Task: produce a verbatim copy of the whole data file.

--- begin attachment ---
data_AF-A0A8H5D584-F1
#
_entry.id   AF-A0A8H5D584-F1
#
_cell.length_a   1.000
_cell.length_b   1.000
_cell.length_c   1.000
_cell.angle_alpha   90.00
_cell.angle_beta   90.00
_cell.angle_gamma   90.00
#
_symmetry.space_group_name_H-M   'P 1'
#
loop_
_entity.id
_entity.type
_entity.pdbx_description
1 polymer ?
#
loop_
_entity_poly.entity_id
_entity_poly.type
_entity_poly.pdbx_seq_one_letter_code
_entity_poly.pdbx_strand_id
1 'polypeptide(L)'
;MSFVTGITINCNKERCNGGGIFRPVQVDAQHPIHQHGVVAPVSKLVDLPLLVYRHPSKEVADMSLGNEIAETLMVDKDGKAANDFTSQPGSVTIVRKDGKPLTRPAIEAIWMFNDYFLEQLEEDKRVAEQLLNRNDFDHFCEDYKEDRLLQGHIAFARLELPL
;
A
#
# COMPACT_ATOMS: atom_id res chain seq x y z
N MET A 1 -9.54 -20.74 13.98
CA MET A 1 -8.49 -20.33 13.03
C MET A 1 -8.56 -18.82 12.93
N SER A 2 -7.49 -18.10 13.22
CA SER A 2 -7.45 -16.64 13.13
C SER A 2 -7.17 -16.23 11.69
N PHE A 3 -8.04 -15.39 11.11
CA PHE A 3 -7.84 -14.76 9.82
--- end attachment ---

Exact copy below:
data_AF-A0A8H5D584-F1
#
_entry.id   AF-A0A8H5D584-F1
#
_cell.length_a   1.000
_cell.length_b   1.000
_cell.length_c   1.000
_cell.angle_alpha   90.00
_cell.angle_beta   90.00
_cell.angle_gamma   90.00
#
_symmetry.space_group_name_H-M   'P 1'
#
loop_
_entity.id
_entity.type
_entity.pdbx_description
1 polymer ?
#
loop_
_entity_poly.entity_id
_entity_poly.type
_entity_poly.pdbx_seq_one_letter_code
_entity_poly.pdbx_strand_id
1 'polypeptide(L)'
;MSFVTGITINCNKERCNGGGIFRPVQVDAQHPIHQHGVVAPVSKLVDLPLLVYRHPSKEVADMSLGNEIAETLMVDKDGKAANDFTSQPGSVTIVRKDGKPLTRPAIEAIWMFNDYFLEQLEEDKRVAEQLLNRNDFDHFCEDYKEDRLLQGHIAFARLELPL
;
A
#
# COMPACT_ATOMS: atom_id res chain seq x y z
N MET A 1 -9.54 -20.74 13.98
CA MET A 1 -8.49 -20.33 13.03
C MET A 1 -8.56 -18.82 12.93
N SER A 2 -7.49 -18.10 13.22
CA SER A 2 -7.45 -16.64 13.13
C SER A 2 -7.17 -16.23 11.69
N PHE A 3 -8.04 -15.39 11.11
CA PHE A 3 -7.84 -14.76 9.82